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Hello!

Please, taking a look at my sentences can you see any mistake?

- I was advanced; however I missed the bus anyway.

- We got some water in spite of the drought.

- They’ll help her out as soon as she gets abroad.

- You’ll consider me for working as a parking lot attendant as soon as I give you my curriculum vitae.
- I became an instructor after I had practiced kick-boxing.

- I assisted the old lady after she had wheeled herself around.

Thank you,
Jim
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Comments  
AnonymousYou can/will be able to consider me for working as a parking lot's attendant as soon as I give you my curriculum vitae.
Others seem fine to me.
Thanks Fandorim!

Best wishes,
Jim
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Hi
I was advanced early .........

You'll consider me for (work as a parking lot attendant) / (the position of parking lot attendant) as soon as I give you my curriculum vita.
I became an instructor after becoming proficient in kick-boxing.
- I assisted the old lady after she had wheeled herself around. - This sounds very strange, what do you mean exactly?
Hi,Optilang

Many thanks for your corrections.But I didn't understand what you tried to show me in:

"You'll consider me for (work as a parking lot attendant) / (the position of parking lot attendant) as soon as I give you my curriculum vita."

Hello Jim
And by the way why isn't correct to write "curriculum vitae" , but "curriculum vita"?
Apologies for vita - it was a typing error and should be vitae!
The old lady fell after she had wheeled herself around. Is it okay now, isn't it? Do I have to write fell down? Is it necessary and correct?
The old lady fell (out of the chair) after she had wheeled herself around.
Finally in: "I became an instructor after I had practiced kick-boxing" as I also would like to use the past perfect tense and the word "after", is it right (following your answer) if I say: "I became an instructor after I had become proficient in kick-boxing" ? By the way would have another way of saying it without repeating the verb to become twice?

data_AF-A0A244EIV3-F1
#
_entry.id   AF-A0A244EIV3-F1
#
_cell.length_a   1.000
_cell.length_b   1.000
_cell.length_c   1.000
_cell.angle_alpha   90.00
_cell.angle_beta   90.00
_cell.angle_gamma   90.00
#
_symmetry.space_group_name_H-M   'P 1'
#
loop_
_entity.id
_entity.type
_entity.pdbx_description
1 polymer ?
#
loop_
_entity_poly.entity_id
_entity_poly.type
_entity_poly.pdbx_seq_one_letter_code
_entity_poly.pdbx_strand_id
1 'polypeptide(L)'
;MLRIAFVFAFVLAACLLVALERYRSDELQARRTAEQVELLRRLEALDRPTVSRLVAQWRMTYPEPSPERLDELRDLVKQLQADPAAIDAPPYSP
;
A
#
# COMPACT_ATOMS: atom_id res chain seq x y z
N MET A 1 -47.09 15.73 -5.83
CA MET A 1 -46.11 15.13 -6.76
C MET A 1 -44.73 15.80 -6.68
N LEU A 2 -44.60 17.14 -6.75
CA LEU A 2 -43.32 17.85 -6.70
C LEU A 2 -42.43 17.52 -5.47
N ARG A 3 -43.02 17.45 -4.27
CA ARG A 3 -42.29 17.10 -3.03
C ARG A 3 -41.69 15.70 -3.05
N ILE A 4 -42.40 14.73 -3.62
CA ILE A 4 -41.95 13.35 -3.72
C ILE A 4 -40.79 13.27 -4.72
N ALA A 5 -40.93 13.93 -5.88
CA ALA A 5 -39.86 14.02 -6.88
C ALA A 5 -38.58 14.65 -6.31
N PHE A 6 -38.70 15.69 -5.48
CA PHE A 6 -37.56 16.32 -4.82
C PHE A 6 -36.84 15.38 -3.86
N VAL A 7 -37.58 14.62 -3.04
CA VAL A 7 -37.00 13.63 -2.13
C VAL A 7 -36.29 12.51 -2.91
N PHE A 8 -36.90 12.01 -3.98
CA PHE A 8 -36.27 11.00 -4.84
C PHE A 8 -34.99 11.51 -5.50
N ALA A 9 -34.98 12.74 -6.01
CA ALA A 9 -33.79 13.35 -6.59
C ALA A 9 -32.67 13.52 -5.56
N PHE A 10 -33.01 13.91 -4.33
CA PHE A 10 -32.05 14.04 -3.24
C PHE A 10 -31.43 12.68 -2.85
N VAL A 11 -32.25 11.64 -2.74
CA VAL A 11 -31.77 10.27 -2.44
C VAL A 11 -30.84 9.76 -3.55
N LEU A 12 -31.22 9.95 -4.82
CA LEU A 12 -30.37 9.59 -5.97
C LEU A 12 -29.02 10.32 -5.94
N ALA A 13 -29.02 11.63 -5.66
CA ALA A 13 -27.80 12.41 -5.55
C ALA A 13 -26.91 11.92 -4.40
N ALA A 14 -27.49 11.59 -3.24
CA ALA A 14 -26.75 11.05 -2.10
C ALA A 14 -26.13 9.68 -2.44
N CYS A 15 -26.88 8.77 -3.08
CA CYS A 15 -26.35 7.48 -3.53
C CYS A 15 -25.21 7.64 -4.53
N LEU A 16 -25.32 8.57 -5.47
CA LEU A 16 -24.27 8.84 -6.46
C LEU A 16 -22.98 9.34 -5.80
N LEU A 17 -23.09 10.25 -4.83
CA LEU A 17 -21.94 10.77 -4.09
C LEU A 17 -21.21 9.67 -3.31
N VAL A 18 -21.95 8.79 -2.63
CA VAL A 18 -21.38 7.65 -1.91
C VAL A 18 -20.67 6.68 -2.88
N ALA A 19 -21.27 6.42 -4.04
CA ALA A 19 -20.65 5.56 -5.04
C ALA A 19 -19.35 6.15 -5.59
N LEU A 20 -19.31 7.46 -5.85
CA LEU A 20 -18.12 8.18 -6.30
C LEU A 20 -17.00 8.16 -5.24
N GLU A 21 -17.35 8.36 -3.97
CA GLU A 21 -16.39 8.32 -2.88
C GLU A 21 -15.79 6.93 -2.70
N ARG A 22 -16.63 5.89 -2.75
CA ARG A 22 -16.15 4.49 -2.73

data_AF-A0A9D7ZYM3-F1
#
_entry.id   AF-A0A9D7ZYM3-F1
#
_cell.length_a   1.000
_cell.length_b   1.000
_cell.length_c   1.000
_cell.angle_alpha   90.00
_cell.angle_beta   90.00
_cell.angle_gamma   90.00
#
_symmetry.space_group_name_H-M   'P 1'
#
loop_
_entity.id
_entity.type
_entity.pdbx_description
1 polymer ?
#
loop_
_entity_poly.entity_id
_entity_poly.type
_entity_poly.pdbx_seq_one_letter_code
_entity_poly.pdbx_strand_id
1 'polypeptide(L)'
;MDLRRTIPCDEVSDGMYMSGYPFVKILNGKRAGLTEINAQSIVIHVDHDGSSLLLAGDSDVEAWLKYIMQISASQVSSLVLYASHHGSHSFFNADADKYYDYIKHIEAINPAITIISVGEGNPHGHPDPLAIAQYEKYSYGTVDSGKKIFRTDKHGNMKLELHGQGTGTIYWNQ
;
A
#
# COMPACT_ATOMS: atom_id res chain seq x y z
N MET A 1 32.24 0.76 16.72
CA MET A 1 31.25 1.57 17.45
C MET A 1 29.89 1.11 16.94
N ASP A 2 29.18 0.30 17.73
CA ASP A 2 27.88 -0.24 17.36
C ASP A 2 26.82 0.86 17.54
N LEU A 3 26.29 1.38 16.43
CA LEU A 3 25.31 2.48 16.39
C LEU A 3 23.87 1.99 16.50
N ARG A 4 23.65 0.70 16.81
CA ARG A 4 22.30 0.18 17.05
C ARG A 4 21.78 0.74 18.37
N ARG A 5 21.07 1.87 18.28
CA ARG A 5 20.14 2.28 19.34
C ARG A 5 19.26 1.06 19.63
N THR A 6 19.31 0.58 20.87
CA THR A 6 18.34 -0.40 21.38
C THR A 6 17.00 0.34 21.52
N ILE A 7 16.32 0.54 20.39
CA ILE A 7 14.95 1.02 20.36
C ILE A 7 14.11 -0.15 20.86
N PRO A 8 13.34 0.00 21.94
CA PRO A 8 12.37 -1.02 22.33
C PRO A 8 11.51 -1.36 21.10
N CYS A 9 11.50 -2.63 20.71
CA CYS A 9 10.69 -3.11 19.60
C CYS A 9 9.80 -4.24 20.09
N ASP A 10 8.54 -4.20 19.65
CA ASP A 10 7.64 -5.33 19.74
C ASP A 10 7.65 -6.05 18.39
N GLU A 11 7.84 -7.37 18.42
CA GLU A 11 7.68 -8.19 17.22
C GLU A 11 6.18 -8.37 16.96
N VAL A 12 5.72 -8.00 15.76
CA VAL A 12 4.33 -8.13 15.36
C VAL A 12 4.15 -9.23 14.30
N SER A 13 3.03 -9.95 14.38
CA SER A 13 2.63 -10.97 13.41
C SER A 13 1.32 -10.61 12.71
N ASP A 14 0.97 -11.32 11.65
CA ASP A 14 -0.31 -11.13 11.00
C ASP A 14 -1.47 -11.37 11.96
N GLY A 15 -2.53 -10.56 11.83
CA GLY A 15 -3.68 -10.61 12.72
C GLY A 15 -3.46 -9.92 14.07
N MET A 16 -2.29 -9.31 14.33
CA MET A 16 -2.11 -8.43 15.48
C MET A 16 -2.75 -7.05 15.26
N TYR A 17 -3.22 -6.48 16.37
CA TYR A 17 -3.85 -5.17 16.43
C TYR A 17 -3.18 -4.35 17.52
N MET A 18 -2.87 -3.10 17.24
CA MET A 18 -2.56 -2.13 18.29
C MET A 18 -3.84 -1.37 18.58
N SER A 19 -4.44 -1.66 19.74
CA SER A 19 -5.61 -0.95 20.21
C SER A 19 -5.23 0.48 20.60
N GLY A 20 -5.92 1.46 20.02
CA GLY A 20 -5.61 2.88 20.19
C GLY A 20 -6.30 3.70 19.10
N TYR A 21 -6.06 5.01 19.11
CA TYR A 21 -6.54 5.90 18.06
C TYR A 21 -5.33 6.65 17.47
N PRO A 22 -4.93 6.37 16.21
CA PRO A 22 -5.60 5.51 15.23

I became an instructor after I had learned kick-boxing.
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Hi, Optilang

Thanks for all your help up till now. Sorry to insist, but is my sentence below correct? Because you put some parts into brackets so, I'm not sure if it is wrong or not.

Here it is what I wrote: "You'll consider me for working as a parking lot attendant as soon as I give you my curriculum vitae"

This was your comment with some parts into brackets:

"You'll consider me for (work as a parking lot attendant) / (the position of parking lot attendant) as soon as I give you my curriculum vita."
Hi Jim
People are considered for work, not for working, that is why I changed the sentence. The parts in brackets are 2 options for you to choose, either will be OK. So it means that there are 2 possible sentences:
either
"You'll consider me for work as a parking lot attendant as soon as I give you my curriculum vitae."
or
"You'll consider me for the position of parking lot attendant as soon as I give you my curriculum vitae."
Hope all's clear now.
Hi,Optilang

Now I noticed what you were trying to tell me. Thank you! But I have a last question,please. You told me that people are considered for work, not for working. I've learned that after prepositions the verbs take the "ing" form. e.g.: Thanks for coming,
after listening, etc...So in this case,is it an exception to the rule?

Many thanks again,
Jim
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